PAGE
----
If you found this interview helpful, join us on Wednesdays 8-9 pm ET; follow @SmallBizChat on Twitter.
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As a small business owner, we all feel overwhelmed at times, and it can be a debilitating. It is not only frustrating and miserable, but it keeps us from achieving our goals and delivering value to the world. My most recent experience was a couple months ago when I was trying to use social media to broaden my reach about my core message about positivity. I was learning how to do it effectively and found that it was time-consuming work. Because I was just learning, I was making painfully slow progress on my long list of things to do. As I fell behind, I started feeling stressed. After a week of making minimal headway, I was stressed, tired, and overwhelmed by my seemingly insurmountable list of things to do. One afternoon, feeling particularly stressed and upset with myself, I complained to my wife.
She looks at me and says. “Really Steve? Think about this a second…You’re getting stressed-out about positivity.”
Touché. That stopped me in my tracks.
She was right. I had to take a different approach. I decided that this was a perfect opportunity to use one of the tools in my book Head First! A Crash Course in Positivity: Eight Practical Ways to Increase Your Positivity and Improve Your Outcome. In my current situation, the most relevant tool was Principle Two: “Focus on the things you control.”
This principle works well when you are feeling overwhelmed. It’s a simple five-step approach to getting unstuck, unstressed, and moving in the right direction again that will work in any situation.
Step 1: Place the elements of your situation into three categories
Take a sheet of paper and make three columns with the labels:
Now, break down your current situation into its component parts and put them into each category. In my situation of being stressed out about social media, I came up with the following:
Simply breaking down your situation into these elements and writing them down makes a big difference in your attitude and helps you become unblocked. It puts some structure to the problem and you can start to see the path forward. By writing it down and defining it, you have already started taking control of the situation. You will feel your mindset shift.
Step 2: Awareness and acceptance of what you don’t control
Read through the items in column three to just simply to be aware of them and accept them. Don’t spend any energy on these things, just be aware of them so you can navigate around them. In my situation, I had to accept the fact that social media marketing is effective and I need to do it, even if it’s a time suck for me. Sigh…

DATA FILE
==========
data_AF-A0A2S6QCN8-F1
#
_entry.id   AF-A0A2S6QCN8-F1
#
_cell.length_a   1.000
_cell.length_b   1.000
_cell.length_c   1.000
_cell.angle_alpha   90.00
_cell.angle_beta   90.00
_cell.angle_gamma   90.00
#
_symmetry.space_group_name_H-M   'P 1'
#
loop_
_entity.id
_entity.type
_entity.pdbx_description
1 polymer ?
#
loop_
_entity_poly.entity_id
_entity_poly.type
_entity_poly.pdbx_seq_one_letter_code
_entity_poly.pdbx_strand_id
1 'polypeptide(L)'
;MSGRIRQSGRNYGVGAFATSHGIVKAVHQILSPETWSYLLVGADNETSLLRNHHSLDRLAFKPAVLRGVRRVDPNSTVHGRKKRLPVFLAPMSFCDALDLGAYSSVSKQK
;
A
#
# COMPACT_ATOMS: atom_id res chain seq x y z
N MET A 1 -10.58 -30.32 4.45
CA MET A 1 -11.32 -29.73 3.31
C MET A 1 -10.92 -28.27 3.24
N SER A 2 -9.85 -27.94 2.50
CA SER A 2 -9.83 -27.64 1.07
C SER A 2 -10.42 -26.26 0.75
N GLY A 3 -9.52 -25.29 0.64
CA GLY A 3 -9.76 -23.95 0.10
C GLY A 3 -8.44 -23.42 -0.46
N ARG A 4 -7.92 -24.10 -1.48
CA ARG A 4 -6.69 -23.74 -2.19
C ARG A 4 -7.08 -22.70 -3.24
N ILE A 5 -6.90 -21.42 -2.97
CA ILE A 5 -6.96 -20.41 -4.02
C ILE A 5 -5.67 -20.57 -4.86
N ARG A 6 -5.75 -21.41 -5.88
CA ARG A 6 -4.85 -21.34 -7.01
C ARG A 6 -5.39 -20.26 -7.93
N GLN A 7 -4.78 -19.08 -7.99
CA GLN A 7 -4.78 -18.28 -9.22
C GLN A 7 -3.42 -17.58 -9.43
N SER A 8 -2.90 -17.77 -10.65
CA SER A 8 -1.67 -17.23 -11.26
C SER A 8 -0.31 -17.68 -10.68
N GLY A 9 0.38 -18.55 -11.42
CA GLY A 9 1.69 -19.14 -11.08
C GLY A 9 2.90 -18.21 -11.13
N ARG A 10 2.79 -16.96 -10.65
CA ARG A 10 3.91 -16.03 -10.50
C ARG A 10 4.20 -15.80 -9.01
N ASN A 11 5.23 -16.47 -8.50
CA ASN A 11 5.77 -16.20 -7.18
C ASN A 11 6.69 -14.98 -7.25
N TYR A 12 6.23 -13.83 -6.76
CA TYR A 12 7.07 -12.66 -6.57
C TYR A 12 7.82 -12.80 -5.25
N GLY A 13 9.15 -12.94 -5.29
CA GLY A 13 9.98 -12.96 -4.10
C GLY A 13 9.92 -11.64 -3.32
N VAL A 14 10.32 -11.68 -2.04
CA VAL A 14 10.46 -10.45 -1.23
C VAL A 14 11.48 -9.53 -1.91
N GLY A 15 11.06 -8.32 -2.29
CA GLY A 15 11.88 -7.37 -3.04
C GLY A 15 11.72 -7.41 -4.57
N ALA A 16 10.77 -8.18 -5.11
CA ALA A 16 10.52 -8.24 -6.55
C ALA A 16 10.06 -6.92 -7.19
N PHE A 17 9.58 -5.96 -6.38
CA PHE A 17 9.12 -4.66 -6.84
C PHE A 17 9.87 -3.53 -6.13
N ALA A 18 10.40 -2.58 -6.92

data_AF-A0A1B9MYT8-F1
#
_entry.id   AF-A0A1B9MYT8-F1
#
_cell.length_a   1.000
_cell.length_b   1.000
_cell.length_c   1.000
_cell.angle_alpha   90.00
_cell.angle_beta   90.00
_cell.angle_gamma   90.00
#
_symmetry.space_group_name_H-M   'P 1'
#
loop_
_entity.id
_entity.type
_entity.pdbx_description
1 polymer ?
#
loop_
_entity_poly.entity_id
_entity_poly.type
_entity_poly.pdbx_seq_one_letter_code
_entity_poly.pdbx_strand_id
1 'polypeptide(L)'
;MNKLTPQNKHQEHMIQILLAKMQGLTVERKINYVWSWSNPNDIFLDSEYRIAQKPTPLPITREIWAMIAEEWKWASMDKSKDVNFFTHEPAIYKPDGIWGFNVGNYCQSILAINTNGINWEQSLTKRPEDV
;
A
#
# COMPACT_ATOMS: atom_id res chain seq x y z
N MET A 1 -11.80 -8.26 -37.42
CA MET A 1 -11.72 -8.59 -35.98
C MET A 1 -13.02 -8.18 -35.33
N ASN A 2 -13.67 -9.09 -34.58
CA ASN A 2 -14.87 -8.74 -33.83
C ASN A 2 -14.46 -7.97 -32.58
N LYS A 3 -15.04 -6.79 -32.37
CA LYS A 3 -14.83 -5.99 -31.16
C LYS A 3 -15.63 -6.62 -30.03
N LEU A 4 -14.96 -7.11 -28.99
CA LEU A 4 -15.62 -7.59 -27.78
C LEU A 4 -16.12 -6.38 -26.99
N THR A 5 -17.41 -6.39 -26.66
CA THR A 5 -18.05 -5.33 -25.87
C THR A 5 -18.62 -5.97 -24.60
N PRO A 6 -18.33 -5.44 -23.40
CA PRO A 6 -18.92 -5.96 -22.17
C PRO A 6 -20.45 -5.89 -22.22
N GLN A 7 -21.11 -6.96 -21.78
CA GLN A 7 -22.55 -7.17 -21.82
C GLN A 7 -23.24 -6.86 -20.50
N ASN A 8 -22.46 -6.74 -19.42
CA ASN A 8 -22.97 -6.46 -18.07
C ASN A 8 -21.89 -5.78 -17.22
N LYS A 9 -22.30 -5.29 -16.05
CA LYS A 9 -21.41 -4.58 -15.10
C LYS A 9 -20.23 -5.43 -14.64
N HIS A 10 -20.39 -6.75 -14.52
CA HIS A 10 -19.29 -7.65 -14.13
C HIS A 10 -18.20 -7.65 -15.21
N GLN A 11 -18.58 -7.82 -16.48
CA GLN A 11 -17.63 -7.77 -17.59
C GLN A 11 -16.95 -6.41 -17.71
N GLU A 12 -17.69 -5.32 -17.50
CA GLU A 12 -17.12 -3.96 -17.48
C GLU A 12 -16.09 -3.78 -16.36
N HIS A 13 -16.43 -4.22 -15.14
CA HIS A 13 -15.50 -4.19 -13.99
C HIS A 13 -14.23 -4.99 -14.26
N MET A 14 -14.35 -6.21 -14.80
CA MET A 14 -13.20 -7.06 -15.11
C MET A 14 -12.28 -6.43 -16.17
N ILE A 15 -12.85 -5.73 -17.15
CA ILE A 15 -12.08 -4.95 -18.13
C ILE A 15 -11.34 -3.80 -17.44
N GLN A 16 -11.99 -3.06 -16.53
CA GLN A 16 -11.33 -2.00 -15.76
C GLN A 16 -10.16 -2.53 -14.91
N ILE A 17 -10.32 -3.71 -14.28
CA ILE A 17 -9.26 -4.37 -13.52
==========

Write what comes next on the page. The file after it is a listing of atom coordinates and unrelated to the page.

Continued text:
Step 3: Focus on what you CAN control
Read through the items in the list of things you control. Pick one that meets the following criteria and circle it.
I circled “Making time to do social media.” It was the easiest thing to do and it would be a small but visible step in the right direction.
Step 4: Take ACTION!
For that one thing you circled, write down what steps you can take to move it forward. The smaller and easier the steps, the better. Now pick one of those steps, do it, and cross it off the list. Pick another action and do it.
For my first thing, ‘Finding time to do social media, all I had to do was decide when was a good time, put it on my calendar and tell my wife the plan. After thinking about how my days were going, I decided that the best time for me would be sometime between getting home from work and eating dinner. I blocked off 30 min each day, and told my wife so she could help hold me accountable… She would tell me… “No treats until you do your tweets!”
Once you take a few small steps forward, even if they are tiny, you start to separate yourself from your overwhelmed feeling. Once you regain control over the situation, you will regain your confidence and energy.
Step 5: Move into things you can INFLUENCE
After focusing on what you can control and regaining your self-confidence, start putting energy into the things you can influence. It is through influence that we have the biggest effect on the world, but you won’t be successful influencing unless you approach it from a position of strength and confidence.
Although it can be rewarding, influencing can also be time consuming and frustrating. To avoid wasting your precious time and energy, ask yourself three questions:
1) Is it any of your business? Is it reasonable for you to try to influence it?
2) Do you have the credibility to convince others to follow you?
3) If you are successful, Is the expected benefit worth the effort?
If you answered yes to all three of those, then dive in. Do it from a position of strength, do it with confidence and be aggressive.
My step five was to start interacting with others on Twitter and Facebook trying to build engagement. I crafted social posts that encouraged likes and shares from my audience. It is hit or miss things, but as I do it, I get better reactions. Bit by bit, my list of followers is expanding. By the time you read this article, I will probably have almost as many followers as the SmallBizLady, we’ll I can have a goal anyway. I have an idea. Next time you feel overwhelmed, grab a pen and paper and give this process a try. Honestly, the hardest part is getting the energy to grab a pen. Momentum is a big part of this equation and by starting small and making incremental progress you gain momentum. Every moment you spend moving forward gives you more momentum, which makes the next step even easier.